Nature, one of the leading multidisciplinary science journals, describes him as a “crop scientist whose high-yield hybrid rice fed billions.” True enough, for his contributions in agriculture and as a key player in the Green Revolution, Yuan Longping was named as the “Father of Hybrid Rice” after developing the first hybrid rice varieties in the 1970s.
He has also been regarded as a national hero in mainland China and a prominent scientist on top of his field. The celebrated Chinese agronomist died on 22 May 2021 at the age of 90 due to multiple organ failure. Nevertheless, despite his demise, his accomplishments in the field of rice production have left a lasting legacy to global food security.
The Contributions and Legacy of Yuan Longping
Scientific Stance and Ideologies
Yuan acknowledged and embraced the need to improve rice production in China and elsewhere in the world. Fulfilling this personal mission was challenging from the onset. Note that there were two schools of thought in heredity that prevailed in the Chinese scientific community during the 1950s that politicized agricultural development in the country.
The first one was based on the separate theories of Austrian mathematician and biologist Gregor Mendel and American evolutionary biologist and geneticist Thomas Hunt Morgan. Based on their experiments and the resulting theories they have formulated, understanding the role of genes and alleles is essential to understanding heredity.
On the other hand, the flawed theory of Soviet agronomists Ivan Vladimirovich Michurin and Trofim Lysenko provided the theoretical basis for the second school of thought. They argued that organisms adapt to environmental changes throughout their lives and their offspring would inherit these supposed adaptations.
The Chinese government and a number of Chinese scientists adopted the Soviet school of thought. China maintained an official stance that favored scientific theories from the Soviet Union. Ideologies outside the Soviet would be seen as invalid. Some officials and citizens went as far as persecuting those who followed and explored other theories.
Yuan received his education from biologists such as Guan Xianghuan and Bao Wenkui who followed the ideas of Mendel and Morgan. However, he remained skeptical of both schools of thought and decided to pursue his own research to confirm either one of them. His discoveries led him to favor the ideologies of Mendel and Morgan.
Research and Experiments on Hybrid Rice
The emerging agronomist focused on food production. He saw the negative impacts of The Great Leap Forward that resulted in a nationwide famine and left tens of millions dead due to hunger. Yuan had a strong desire to prevent this from happening again. He directed his attention toward researching and discovering techniques and tools needed to improve crop yields.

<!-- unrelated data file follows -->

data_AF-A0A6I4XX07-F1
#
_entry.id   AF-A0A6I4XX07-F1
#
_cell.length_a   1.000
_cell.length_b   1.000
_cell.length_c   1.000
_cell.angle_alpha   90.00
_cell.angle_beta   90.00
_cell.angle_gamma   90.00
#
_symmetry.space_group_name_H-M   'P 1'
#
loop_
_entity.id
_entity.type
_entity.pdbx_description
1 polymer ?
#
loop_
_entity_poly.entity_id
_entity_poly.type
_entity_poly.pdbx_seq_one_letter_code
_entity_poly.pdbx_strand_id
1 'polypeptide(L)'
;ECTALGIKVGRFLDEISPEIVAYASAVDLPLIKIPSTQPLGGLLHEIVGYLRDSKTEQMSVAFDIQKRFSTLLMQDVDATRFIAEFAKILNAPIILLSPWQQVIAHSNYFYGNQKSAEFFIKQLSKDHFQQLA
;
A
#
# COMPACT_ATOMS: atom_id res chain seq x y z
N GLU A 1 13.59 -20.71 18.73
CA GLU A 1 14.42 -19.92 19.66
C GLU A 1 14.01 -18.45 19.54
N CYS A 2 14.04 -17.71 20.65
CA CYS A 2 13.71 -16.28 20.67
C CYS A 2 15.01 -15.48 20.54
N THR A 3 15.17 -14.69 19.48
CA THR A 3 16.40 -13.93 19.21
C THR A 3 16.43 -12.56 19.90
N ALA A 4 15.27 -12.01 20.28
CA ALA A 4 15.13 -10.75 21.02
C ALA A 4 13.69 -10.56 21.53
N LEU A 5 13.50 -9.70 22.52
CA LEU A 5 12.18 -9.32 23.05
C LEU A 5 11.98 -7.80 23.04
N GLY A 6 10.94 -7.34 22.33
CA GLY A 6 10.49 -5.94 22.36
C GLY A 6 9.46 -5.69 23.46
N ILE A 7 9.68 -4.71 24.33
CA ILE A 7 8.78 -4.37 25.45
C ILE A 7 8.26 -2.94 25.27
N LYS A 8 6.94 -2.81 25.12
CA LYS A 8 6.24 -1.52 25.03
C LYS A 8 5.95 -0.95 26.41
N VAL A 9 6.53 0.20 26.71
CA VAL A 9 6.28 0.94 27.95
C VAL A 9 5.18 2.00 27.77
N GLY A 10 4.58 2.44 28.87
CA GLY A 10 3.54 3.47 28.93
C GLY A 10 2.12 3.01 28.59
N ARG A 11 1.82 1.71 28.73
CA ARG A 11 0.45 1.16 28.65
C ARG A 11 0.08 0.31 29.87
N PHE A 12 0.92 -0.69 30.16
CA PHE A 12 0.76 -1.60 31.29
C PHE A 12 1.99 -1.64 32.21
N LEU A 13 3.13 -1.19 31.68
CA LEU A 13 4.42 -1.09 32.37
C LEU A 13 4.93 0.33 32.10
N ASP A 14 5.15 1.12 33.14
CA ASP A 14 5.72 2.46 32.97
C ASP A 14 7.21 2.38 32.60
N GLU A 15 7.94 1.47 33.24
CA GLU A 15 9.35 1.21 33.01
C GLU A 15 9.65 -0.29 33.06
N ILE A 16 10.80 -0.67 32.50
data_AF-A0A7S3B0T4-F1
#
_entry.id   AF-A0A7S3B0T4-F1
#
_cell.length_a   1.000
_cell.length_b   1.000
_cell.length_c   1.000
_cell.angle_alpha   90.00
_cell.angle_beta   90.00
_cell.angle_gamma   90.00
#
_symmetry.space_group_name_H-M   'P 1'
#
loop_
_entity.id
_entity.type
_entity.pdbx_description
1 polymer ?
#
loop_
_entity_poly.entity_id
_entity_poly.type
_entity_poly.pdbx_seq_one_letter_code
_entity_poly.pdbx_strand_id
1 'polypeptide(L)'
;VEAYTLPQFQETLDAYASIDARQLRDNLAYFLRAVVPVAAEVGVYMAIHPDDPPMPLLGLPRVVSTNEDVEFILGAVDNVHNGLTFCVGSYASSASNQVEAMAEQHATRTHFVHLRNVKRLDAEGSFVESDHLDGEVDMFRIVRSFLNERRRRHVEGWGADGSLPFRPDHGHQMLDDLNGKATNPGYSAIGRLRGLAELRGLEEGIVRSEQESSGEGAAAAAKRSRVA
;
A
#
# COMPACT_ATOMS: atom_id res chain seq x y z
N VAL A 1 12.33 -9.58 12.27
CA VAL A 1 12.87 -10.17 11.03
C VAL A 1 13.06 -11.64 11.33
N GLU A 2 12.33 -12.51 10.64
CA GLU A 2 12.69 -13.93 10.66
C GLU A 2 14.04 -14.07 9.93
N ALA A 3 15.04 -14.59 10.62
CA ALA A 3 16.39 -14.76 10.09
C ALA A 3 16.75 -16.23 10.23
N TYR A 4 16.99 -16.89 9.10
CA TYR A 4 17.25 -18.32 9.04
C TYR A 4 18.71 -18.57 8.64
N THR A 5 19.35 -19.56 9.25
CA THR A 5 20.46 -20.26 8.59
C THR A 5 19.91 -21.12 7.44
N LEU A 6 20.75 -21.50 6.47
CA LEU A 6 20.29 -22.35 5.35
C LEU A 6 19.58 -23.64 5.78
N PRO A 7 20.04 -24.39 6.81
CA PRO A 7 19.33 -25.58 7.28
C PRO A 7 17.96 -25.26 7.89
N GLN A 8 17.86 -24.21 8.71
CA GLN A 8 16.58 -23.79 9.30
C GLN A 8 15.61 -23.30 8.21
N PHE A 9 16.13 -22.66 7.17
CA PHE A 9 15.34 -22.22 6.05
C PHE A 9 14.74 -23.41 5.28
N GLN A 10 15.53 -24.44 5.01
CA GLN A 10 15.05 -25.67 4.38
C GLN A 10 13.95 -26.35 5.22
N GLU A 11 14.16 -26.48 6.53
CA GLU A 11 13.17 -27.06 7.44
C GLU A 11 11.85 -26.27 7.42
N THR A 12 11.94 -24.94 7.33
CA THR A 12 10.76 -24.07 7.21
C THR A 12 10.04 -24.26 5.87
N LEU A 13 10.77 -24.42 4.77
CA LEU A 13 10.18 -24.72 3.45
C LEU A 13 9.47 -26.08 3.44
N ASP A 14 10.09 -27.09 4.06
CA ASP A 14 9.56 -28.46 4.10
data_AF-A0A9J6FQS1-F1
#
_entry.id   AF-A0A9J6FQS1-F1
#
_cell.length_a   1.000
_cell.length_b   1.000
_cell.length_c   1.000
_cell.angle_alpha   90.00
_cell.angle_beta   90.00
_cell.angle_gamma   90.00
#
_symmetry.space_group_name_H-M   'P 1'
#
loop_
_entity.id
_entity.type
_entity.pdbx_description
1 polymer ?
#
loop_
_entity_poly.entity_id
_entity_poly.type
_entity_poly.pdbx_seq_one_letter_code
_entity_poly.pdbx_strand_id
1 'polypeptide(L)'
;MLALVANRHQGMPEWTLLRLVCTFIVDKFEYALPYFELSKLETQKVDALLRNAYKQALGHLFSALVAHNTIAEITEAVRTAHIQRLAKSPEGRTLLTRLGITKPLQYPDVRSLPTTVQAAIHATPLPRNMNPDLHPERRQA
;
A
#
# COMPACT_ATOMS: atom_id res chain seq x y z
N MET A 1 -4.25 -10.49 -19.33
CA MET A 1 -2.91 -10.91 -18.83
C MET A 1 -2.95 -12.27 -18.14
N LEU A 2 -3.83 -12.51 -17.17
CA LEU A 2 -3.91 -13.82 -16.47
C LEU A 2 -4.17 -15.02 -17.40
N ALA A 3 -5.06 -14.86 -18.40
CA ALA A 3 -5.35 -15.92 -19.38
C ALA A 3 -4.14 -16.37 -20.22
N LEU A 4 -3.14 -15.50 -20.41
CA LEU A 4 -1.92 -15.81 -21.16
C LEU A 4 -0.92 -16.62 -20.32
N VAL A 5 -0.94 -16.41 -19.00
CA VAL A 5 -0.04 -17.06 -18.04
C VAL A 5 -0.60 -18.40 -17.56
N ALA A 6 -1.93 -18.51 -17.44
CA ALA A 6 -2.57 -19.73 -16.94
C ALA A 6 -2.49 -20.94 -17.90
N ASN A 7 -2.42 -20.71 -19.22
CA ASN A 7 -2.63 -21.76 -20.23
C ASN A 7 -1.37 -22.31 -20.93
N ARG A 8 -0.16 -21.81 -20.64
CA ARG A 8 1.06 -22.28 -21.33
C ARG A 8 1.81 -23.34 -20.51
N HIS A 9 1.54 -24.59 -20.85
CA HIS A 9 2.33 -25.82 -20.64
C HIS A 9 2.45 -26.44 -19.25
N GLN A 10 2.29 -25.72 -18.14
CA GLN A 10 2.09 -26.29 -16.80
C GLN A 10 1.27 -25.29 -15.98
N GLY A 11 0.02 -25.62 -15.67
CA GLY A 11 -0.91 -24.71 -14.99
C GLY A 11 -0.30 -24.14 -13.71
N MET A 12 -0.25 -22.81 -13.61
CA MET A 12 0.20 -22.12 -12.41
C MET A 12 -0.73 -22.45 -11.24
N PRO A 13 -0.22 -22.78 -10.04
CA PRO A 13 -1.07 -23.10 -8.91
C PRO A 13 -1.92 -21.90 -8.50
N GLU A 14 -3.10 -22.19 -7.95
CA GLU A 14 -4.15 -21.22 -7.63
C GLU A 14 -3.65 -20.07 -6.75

Heterosis is a phenomenon that has been critical in modernizing agriculture. It demonstrates that the offspring of two distinctly different parents grow faster, yield more, and resist stress better than either parent. Hybrid varieties of maize, sweet potato, and wheat have shown better production yields than non-hybrid varieties.
Yuan initially considered improving the hybrid yields of sweet potato and wheat because these crops naturally grow faster. He deemed them ideal for improving food security. In fact, he ran a series of grafting experiments on sweet potatoes and arrived at a conclusion that the theories of Mendel and Morgan have real agricultural applications.
But sweet potatoes were never part of the daily diet in Southern China and wheat did not grow well in this region. Rice remains the most important staple crop in China. Agronomists in China and other parts of the world tried to improved rice production yields through cross-breeding. However, because it is a self-pollinating plant, crossbreeding would be difficult.
Yuan turned his attention toward rice production. He believed that heterosis is a universal phenomenon and refused to accept the conclusion from classical geneticists that it is impossible to produce hybrid variants from self-pollinating plants. Furthermore, his studies led him to conclude that there were problems in accepted breeding approaches.
While on a field research in the Summer of 1961, he discovered a stalk of hybrid rice in the wild. He further looked for naturally occurring male-sterile rice plants together with a student in 1964. During this year, he also published his findings that outlined that outline genetic tools that could be used to produce hybrid rice varieties.
He also reported his discovery of numerous male-sterile rice plants in the April 1966 issue of the Chinese Science Bulletin. It was in 1973 when he successfully developed the first hybrid rice called “Nan-you No. 2.” This variety demonstrated a 20 percent higher yield than existing non-hybrid varieties due to heterosis.
Yuan and his colleagues also came up with a complete set of seed production technologies by 1975. The large-scale production of the hybrid Nan-you No. 2 rice variant also began this year. It was commercialized further in 1976 alongside the utilization of improved farming techniques. China saw improvements in food security in the following years.